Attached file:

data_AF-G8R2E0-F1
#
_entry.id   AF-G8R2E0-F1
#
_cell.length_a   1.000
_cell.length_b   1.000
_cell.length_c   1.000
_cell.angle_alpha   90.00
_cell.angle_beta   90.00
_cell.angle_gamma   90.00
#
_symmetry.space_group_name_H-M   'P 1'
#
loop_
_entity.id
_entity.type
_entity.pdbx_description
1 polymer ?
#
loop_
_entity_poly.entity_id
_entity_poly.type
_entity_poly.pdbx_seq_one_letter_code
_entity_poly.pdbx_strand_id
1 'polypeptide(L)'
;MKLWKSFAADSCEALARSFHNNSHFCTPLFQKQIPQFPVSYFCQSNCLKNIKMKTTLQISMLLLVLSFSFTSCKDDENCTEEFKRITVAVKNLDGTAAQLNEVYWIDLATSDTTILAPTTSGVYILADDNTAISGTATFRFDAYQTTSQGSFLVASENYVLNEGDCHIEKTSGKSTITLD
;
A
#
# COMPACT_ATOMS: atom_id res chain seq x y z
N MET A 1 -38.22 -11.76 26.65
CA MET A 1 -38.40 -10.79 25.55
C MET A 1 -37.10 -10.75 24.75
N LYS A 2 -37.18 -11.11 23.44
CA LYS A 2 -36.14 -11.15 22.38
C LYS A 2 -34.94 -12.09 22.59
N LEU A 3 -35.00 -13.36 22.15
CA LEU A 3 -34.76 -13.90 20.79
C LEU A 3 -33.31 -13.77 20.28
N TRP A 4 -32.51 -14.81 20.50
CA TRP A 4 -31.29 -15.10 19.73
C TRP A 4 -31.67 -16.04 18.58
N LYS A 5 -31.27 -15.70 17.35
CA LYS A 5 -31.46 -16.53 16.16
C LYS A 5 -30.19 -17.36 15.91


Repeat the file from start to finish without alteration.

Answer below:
data_AF-G8R2E0-F1
#
_entry.id   AF-G8R2E0-F1
#
_cell.length_a   1.000
_cell.length_b   1.000
_cell.length_c   1.000
_cell.angle_alpha   90.00
_cell.angle_beta   90.00
_cell.angle_gamma   90.00
#
_symmetry.space_group_name_H-M   'P 1'
#
loop_
_entity.id
_entity.type
_entity.pdbx_description
1 polymer ?
#
loop_
_entity_poly.entity_id
_entity_poly.type
_entity_poly.pdbx_seq_one_letter_code
_entity_poly.pdbx_strand_id
1 'polypeptide(L)'
;MKLWKSFAADSCEALARSFHNNSHFCTPLFQKQIPQFPVSYFCQSNCLKNIKMKTTLQISMLLLVLSFSFTSCKDDENCTEEFKRITVAVKNLDGTAAQLNEVYWIDLATSDTTILAPTTSGVYILADDNTAISGTATFRFDAYQTTSQGSFLVASENYVLNEGDCHIEKTSGKSTITLD
;
A
#
# COMPACT_ATOMS: atom_id res chain seq x y z
N MET A 1 -38.22 -11.76 26.65
CA MET A 1 -38.40 -10.79 25.55
C MET A 1 -37.10 -10.75 24.75
N LYS A 2 -37.18 -11.11 23.44
CA LYS A 2 -36.14 -11.15 22.38
C LYS A 2 -34.94 -12.09 22.59
N LEU A 3 -35.00 -13.36 22.15
CA LEU A 3 -34.76 -13.90 20.79
C LEU A 3 -33.31 -13.77 20.28
N TRP A 4 -32.51 -14.81 20.50
CA TRP A 4 -31.29 -15.10 19.73
C TRP A 4 -31.67 -16.04 18.58
N LYS A 5 -31.27 -15.70 17.35
CA LYS A 5 -31.46 -16.53 16.16
C LYS A 5 -30.19 -17.36 15.91